Purpose. To assess the feasibility rate of one-step hysteroscopic myomectomy according to the technique adopted. Methods. In July 2016, PubMed, ClinicalTrials.gov, SCOPUS, Scielo, and AJOL databases were used for searching references. Series of in-patient hysteroscopic myomectomies reporting success rate in only one-step procedure, categorization of submucous fibroids, expla- nation of the surgical technique, and description of patients were considered eligible for meta-analysis (retrospective, prospective randomized studies). Two authors extracted the data. Rate of myomectomies accomplished in only a surgical step and rate of intraoperative complications were extracted per protocol. A modified GRADE score was used for quality assessment. Random- effect models were already assumed. Mean rates were compared among subgroups. Results. One thousand two hundred and fifty- seven studies were screened and 241 of these were read for eligibility. Seventy-eight series were included in qualitative synthesis and 24 series were included in quantitative synthesis. Wide heterogeneity was found. In series with <50% of G2 myomas treated, the slicing technique feasibility rate was 86.5% while techniques for enucleating the deep portion of the myomas showed a feasibility rate of 92.3% (p < 0.001). In series with ≥50% of G2 myomas treated, the slicing technique feasibility rate was 70.6% while techniques for enucleating the deep portion of myomas showed a feasibility rate of 88.4% (p < 0.001). Complications were significantly lower for alternative techniques to the classical slicing. Conclusion. In case of submucous myomas with intramural development, the slicing technique was correlated with a lower rate of in-patient hysteroscopic myomectomies accomplished in a one-step procedure and a higher complications rate.

Likelihood of Accomplishing an In-Patient Hysteroscopic Myomectomy in a One-Step Procedure: A Systematic Review and Meta-Analysis

Favilli A
2020-01-01

Abstract

Purpose. To assess the feasibility rate of one-step hysteroscopic myomectomy according to the technique adopted. Methods. In July 2016, PubMed, ClinicalTrials.gov, SCOPUS, Scielo, and AJOL databases were used for searching references. Series of in-patient hysteroscopic myomectomies reporting success rate in only one-step procedure, categorization of submucous fibroids, expla- nation of the surgical technique, and description of patients were considered eligible for meta-analysis (retrospective, prospective randomized studies). Two authors extracted the data. Rate of myomectomies accomplished in only a surgical step and rate of intraoperative complications were extracted per protocol. A modified GRADE score was used for quality assessment. Random- effect models were already assumed. Mean rates were compared among subgroups. Results. One thousand two hundred and fifty- seven studies were screened and 241 of these were read for eligibility. Seventy-eight series were included in qualitative synthesis and 24 series were included in quantitative synthesis. Wide heterogeneity was found. In series with <50% of G2 myomas treated, the slicing technique feasibility rate was 86.5% while techniques for enucleating the deep portion of the myomas showed a feasibility rate of 92.3% (p < 0.001). In series with ≥50% of G2 myomas treated, the slicing technique feasibility rate was 70.6% while techniques for enucleating the deep portion of myomas showed a feasibility rate of 88.4% (p < 0.001). Complications were significantly lower for alternative techniques to the classical slicing. Conclusion. In case of submucous myomas with intramural development, the slicing technique was correlated with a lower rate of in-patient hysteroscopic myomectomies accomplished in a one-step procedure and a higher complications rate.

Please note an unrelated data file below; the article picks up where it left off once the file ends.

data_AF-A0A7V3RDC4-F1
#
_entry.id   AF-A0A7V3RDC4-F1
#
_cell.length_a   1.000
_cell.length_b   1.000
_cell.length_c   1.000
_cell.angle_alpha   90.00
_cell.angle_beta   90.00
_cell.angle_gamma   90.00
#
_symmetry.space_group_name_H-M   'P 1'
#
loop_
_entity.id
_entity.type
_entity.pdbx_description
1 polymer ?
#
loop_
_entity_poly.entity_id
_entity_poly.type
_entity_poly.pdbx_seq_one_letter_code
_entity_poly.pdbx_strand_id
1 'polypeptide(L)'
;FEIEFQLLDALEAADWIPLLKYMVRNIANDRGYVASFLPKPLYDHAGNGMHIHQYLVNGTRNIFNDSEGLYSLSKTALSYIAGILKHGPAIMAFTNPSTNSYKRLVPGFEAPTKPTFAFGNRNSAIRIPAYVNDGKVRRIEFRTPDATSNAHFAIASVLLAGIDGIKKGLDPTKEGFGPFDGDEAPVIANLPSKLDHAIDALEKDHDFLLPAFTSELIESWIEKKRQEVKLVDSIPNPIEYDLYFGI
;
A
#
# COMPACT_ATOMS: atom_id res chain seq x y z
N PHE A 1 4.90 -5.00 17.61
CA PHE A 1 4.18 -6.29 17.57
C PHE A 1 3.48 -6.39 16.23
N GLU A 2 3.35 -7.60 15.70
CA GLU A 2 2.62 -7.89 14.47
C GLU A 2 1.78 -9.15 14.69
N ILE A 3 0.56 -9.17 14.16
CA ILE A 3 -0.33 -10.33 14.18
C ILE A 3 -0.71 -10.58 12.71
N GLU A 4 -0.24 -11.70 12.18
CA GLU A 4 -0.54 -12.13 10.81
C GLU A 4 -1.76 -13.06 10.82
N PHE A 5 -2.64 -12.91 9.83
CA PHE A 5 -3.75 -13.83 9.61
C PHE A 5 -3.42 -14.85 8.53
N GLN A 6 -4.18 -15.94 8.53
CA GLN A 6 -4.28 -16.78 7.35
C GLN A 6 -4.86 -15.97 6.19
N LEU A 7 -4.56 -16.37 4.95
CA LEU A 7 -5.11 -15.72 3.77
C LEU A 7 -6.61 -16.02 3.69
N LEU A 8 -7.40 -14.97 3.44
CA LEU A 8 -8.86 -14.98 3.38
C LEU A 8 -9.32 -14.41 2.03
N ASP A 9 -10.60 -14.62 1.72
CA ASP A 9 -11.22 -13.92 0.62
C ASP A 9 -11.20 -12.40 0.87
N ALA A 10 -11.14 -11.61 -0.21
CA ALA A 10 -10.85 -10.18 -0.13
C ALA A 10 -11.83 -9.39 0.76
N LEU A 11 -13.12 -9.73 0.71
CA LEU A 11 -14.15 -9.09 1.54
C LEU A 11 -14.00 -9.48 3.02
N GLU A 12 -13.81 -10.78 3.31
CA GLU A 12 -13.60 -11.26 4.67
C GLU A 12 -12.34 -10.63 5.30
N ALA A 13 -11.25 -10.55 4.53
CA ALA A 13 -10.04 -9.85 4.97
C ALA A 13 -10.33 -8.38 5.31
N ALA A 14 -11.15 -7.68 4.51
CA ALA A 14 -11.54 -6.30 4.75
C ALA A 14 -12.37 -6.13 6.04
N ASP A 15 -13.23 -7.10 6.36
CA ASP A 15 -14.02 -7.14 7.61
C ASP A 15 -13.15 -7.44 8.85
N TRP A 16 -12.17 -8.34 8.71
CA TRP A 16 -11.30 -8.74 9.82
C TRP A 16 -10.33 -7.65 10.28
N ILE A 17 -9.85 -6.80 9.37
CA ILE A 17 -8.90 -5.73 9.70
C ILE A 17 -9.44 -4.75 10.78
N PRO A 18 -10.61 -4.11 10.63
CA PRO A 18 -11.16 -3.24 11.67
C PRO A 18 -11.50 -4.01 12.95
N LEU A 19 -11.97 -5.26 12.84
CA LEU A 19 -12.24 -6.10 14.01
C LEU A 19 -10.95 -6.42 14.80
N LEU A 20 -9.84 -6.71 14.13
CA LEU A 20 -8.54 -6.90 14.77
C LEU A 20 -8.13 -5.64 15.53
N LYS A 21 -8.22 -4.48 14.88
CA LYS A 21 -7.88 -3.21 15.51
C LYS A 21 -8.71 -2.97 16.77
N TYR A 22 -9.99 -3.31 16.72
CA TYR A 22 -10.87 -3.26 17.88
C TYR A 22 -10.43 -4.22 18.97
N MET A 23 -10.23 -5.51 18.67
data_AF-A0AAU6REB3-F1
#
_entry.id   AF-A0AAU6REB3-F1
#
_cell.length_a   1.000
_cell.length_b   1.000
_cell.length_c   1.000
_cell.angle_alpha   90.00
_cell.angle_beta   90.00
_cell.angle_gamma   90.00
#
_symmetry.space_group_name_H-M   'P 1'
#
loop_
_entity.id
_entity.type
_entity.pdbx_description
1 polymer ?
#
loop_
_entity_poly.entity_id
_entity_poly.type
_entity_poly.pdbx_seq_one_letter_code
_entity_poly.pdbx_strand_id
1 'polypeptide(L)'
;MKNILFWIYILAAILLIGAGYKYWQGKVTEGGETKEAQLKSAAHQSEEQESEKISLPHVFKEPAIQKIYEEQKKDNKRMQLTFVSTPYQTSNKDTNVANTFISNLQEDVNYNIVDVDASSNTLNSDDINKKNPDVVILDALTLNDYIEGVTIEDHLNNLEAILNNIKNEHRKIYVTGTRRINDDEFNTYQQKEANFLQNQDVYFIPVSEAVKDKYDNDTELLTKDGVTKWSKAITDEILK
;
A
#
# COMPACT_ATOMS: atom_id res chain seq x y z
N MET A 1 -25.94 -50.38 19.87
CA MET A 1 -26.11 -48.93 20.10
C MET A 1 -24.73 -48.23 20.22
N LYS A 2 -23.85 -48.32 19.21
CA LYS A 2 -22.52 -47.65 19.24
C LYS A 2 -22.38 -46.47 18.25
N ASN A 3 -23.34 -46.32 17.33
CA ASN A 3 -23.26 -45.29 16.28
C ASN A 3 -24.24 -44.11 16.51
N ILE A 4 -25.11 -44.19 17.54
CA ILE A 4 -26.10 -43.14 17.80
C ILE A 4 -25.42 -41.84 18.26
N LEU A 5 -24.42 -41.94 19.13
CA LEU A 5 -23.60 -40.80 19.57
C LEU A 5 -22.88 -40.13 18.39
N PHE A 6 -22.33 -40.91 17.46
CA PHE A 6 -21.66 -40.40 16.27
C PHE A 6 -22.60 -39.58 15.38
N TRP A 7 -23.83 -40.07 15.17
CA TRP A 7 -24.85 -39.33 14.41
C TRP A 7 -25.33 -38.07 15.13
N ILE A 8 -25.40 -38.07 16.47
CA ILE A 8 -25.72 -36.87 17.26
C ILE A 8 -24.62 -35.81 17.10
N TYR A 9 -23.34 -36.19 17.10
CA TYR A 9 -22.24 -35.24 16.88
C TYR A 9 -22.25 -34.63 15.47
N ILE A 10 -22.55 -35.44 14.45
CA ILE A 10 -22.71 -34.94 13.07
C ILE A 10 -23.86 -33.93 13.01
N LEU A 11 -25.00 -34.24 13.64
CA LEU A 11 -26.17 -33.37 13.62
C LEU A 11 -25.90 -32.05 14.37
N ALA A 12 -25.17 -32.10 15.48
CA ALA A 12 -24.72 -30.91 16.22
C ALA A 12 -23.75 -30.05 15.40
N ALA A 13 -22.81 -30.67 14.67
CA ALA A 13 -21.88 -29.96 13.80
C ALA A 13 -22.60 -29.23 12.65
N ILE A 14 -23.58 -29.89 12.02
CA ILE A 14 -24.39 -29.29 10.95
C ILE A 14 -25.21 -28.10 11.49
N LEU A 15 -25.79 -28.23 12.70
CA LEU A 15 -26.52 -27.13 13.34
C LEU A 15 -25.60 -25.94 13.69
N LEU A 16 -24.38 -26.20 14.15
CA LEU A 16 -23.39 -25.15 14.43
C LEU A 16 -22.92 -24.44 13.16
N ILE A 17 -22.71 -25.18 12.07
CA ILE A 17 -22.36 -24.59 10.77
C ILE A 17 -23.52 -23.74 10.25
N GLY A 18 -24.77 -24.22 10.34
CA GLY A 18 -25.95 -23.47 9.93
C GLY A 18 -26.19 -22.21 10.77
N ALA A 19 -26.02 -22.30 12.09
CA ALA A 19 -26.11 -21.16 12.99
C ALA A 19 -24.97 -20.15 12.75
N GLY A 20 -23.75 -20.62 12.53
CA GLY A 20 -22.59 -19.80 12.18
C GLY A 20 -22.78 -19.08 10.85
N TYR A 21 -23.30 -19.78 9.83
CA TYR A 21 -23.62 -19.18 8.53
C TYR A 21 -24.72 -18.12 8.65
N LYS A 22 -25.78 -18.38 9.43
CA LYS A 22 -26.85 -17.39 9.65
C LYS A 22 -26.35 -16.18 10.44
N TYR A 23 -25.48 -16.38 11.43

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Utilizza questo identificativo per citare o creare un link a questo documento: https://hdl.handle.net/11391/1536275
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